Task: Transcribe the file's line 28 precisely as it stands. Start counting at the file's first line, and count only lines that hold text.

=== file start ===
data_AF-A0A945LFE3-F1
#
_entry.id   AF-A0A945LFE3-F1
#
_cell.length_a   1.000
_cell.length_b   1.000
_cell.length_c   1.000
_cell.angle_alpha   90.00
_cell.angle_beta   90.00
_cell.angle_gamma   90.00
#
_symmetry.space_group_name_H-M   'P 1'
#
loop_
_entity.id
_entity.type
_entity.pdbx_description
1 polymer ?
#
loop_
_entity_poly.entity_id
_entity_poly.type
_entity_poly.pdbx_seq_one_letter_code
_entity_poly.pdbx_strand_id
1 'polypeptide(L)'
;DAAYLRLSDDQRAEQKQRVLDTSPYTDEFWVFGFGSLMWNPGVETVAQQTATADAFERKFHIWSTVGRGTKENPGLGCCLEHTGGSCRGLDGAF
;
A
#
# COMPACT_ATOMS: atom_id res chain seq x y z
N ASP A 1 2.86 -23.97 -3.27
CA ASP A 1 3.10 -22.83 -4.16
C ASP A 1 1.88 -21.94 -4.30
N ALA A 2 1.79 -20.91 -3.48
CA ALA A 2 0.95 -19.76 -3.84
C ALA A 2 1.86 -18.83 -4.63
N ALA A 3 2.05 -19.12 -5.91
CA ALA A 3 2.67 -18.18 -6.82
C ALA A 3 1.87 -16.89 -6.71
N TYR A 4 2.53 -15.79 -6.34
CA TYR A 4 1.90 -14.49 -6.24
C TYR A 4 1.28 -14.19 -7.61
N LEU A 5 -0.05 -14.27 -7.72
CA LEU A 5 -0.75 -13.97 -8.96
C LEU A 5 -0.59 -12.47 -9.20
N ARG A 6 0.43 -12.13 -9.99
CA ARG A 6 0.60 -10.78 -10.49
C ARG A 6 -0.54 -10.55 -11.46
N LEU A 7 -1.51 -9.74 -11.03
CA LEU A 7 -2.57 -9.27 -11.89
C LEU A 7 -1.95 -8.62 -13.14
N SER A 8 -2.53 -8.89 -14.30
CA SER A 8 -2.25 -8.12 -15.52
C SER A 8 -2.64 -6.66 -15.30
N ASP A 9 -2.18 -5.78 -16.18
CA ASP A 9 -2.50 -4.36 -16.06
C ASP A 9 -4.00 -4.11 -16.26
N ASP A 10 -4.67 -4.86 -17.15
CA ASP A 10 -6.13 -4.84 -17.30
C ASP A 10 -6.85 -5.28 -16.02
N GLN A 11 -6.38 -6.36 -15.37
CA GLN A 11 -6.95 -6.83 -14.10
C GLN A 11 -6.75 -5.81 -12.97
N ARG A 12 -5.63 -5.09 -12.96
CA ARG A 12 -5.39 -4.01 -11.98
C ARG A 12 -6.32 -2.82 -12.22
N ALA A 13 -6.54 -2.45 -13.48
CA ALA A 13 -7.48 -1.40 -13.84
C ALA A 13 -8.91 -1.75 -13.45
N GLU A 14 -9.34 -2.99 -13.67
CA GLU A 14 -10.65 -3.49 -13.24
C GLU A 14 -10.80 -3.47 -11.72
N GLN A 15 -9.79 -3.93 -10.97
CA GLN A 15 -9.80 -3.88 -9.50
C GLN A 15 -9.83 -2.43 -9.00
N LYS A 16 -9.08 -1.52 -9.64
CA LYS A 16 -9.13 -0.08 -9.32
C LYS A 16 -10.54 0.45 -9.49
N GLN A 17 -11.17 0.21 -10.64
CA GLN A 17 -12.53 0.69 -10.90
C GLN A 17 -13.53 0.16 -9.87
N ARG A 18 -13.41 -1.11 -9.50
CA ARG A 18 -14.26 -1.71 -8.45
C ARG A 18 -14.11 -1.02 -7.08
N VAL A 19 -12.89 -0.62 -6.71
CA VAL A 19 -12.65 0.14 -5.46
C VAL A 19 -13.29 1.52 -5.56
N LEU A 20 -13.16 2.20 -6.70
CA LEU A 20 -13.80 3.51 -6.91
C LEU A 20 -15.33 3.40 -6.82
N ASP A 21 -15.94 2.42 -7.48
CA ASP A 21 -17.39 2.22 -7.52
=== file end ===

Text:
A